1975 – End of Vietnam War
As the biggest global anti-war movement of 20th century (prior to that formed against war in Iraq), the Anti-Vietnam War movement included many nonviolent direct actions. One of the most dramatic was the 1971 Mayday Tribe’s campaign, when activists aimed to disrupt government business in Washington DC. It did not bring an end to the war, but it marked a wave of resistance against the war and growing public dismay at its human costs.
Many of the protests against the Vietnam War took place in the mid-1960s. Students burnt draft papers, clergy disrupted military job fairs and tens of thousands staged massive protests outside party conventions, the Pentagon and leading arms companies. Sports and cultural icons like Mohammad Ali, Joni Mitchell and Allen Ginsberg added their voices to the protest along with returning war veterans who reported on the atrocities committed by US troops.
In May 1971, the Mayday Tribe campaign decided to up the ante, mapping out a strategy for non-violently forcing the federal government in Washington DC into complete shutdown. Their slogan: “If the government won’t stop the war, we’ll stop the government”.
The Mayday Tribe compiled a 135-page guide for the action, detailing exactly how protesters would blockade 21 different key sites. Campaign leaders organized activists (the tribe) into regions, delegating individual tactical decisions to them.
On 3 May, the day of the planned protests, more than 10,000 police and soldiers flooded Washington, ordered to arrest every demonstrator. Protesters built barricades but scattered as soon as they spotted police. When police destroyed the barricades, protesters rebuilt them.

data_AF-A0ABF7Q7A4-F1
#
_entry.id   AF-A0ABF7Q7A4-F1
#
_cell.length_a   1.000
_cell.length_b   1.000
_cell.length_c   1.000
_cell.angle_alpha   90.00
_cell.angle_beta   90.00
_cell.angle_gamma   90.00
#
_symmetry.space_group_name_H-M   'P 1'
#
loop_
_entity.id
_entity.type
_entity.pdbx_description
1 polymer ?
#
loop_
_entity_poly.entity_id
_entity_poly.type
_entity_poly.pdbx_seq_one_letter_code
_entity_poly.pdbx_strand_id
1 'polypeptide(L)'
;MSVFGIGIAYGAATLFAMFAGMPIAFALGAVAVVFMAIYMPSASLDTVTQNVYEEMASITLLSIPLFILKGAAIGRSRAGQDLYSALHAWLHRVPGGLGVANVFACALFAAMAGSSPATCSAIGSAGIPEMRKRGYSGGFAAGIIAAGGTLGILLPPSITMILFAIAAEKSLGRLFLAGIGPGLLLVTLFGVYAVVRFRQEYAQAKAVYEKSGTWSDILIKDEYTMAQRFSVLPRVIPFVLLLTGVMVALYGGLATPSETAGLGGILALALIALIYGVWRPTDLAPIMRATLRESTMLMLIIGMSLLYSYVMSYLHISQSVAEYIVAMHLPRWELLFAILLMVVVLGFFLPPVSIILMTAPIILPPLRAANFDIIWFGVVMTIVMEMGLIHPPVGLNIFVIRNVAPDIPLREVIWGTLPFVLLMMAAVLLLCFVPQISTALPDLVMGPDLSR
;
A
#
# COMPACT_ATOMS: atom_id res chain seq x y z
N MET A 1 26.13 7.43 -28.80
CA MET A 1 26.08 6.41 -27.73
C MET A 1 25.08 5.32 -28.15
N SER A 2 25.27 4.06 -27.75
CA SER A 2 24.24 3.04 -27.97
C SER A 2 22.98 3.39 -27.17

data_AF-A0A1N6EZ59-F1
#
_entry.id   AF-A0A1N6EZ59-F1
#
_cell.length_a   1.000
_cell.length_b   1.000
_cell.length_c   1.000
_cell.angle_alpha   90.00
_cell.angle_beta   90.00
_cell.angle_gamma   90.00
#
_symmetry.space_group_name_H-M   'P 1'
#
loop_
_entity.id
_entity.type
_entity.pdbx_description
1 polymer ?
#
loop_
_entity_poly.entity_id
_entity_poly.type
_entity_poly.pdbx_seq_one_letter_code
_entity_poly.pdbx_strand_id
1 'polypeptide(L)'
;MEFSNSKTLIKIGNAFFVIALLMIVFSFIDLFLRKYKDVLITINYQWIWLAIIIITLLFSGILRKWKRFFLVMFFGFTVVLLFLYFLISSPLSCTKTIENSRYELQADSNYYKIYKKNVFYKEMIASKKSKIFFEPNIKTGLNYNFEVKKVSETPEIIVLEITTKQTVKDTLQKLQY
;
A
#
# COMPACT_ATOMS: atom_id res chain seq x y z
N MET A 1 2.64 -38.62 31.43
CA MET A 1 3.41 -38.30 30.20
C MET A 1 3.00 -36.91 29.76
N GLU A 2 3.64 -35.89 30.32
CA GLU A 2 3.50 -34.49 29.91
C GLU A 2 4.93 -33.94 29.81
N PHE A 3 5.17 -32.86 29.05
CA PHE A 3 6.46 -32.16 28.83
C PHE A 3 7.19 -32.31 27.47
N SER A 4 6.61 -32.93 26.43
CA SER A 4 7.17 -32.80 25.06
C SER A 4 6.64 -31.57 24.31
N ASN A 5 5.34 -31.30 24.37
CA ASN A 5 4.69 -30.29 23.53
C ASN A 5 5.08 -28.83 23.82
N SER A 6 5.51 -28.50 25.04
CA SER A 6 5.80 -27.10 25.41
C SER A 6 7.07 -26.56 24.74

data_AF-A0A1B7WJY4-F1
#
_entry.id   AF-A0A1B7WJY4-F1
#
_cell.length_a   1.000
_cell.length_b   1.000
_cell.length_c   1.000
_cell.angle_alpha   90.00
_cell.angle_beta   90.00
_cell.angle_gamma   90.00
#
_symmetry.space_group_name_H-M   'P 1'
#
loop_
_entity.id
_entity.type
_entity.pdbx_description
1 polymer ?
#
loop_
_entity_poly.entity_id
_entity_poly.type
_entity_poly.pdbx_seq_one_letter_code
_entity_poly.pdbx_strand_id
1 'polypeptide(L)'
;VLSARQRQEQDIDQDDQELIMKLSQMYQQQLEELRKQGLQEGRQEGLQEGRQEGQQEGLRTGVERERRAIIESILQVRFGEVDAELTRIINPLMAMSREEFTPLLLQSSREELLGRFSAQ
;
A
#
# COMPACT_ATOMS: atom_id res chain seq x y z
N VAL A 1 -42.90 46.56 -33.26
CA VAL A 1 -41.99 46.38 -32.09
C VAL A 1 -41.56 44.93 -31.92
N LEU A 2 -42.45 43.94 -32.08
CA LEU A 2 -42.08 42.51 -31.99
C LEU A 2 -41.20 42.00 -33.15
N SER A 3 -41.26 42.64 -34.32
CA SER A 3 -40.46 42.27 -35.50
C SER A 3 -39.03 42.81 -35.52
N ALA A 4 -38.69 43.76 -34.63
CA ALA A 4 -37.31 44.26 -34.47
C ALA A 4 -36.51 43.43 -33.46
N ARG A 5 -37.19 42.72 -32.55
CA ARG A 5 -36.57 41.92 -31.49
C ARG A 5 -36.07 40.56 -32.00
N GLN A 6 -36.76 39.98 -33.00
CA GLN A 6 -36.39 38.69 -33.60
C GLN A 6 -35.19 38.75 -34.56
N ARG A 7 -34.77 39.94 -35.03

By 8am, 7,000 people had been arrested. No food, water, or toilet facilities were provided, but local residents brought supplies to those detained. Some of these residents had been harshly opposed to the Mayday Tribe’s plan, but were shocked by the denial of civil liberties at the detention centre.
The massive police reaction prevented a government shutdown, but turned the city into a state of siege. Over the next few days, protesters continued to lay blockades at locations including the Justice Department and the Capitol building. Six thousand more were arrested over the next few days, shattering the record for most arrests in a single action.
Though the Tribe disintegrated shortly afterwards, the protests showed the strength of radical opposition to the war and added to the growing tide of opinion against the war. By 1973, the US government had signed a peace accord that ended US’ combat role in Vietnam. In 1975, the unpopular Saigon regime collapsed.